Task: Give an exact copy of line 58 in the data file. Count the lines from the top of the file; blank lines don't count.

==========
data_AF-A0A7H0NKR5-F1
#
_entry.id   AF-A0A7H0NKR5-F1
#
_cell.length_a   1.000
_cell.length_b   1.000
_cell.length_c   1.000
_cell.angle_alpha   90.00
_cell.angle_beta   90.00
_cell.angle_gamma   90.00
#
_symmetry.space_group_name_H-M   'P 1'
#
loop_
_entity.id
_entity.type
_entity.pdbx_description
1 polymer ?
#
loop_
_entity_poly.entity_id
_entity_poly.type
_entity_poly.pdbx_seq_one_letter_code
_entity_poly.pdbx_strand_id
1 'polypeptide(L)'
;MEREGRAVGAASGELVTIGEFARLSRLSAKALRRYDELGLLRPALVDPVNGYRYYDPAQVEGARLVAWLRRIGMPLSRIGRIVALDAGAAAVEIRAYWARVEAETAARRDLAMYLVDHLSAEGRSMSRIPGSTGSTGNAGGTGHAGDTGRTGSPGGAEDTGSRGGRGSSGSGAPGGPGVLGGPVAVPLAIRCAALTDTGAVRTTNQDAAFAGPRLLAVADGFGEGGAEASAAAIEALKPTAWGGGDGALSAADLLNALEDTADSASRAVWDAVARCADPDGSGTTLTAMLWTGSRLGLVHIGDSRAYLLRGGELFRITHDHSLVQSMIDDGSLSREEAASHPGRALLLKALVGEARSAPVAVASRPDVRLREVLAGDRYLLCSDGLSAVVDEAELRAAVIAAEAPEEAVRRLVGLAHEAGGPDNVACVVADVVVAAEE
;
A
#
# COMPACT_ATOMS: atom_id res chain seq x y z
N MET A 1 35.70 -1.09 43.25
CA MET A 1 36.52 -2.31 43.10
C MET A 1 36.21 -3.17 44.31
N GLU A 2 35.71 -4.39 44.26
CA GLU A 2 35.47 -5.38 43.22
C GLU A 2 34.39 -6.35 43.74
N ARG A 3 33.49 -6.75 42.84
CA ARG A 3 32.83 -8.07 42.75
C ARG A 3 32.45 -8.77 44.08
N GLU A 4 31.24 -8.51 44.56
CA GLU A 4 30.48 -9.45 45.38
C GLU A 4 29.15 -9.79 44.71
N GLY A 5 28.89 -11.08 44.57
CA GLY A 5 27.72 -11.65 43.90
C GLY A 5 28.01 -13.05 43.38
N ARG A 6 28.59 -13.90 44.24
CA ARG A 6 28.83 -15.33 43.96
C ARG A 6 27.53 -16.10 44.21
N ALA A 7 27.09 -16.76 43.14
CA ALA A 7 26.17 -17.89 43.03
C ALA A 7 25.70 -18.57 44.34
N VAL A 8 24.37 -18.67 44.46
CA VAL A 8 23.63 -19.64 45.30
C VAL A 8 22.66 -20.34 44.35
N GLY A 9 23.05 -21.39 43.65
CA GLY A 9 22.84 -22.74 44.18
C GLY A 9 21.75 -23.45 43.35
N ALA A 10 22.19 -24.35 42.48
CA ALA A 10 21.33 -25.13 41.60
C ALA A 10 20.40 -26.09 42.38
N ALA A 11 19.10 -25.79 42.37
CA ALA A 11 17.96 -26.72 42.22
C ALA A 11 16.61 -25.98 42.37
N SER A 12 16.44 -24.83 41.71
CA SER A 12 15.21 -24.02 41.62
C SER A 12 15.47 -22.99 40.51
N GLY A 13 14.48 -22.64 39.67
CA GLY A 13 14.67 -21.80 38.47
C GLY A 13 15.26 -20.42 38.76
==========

N ALA A 10 22.19 -24.35 42.48